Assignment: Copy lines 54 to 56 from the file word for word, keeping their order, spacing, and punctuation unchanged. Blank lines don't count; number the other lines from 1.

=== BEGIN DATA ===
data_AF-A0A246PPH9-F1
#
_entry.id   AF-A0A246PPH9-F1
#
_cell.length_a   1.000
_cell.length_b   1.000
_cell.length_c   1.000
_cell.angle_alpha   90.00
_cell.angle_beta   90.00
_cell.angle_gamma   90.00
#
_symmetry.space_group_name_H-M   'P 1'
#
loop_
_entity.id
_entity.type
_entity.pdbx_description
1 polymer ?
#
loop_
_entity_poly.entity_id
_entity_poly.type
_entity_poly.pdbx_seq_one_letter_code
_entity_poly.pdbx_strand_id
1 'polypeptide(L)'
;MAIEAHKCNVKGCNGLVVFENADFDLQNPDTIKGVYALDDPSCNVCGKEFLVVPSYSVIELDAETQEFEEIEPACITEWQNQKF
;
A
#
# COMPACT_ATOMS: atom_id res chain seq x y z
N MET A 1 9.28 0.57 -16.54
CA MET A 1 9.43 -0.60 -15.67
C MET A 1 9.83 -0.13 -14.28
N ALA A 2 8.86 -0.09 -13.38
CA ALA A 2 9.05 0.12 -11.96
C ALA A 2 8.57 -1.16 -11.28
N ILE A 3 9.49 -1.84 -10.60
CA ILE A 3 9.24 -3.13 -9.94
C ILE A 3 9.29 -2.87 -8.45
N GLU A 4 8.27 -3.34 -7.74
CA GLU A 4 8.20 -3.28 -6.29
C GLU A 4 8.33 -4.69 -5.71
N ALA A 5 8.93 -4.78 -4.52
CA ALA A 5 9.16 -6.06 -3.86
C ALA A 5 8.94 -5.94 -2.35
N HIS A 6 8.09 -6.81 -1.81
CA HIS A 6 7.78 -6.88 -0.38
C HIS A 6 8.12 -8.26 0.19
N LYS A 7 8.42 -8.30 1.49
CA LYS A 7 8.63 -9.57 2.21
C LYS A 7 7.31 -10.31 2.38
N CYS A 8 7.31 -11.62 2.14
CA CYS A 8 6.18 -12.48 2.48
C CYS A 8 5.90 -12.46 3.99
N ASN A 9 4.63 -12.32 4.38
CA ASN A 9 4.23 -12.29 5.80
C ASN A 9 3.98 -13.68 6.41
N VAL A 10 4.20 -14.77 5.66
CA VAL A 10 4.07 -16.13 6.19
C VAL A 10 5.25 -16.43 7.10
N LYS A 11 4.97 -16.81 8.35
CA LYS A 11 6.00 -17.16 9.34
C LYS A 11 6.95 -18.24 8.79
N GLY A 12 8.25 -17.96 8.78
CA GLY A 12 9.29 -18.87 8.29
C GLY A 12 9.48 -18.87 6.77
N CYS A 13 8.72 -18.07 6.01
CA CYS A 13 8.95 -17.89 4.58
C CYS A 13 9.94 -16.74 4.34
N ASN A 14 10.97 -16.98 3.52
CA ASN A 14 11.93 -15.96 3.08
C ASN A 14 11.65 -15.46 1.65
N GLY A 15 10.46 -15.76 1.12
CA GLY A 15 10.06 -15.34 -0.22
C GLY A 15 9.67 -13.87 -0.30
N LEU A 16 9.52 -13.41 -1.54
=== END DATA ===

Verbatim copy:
C CYS A 8 5.90 -12.46 3.99
N ASN A 9 4.63 -12.32 4.38
CA ASN A 9 4.23 -12.29 5.80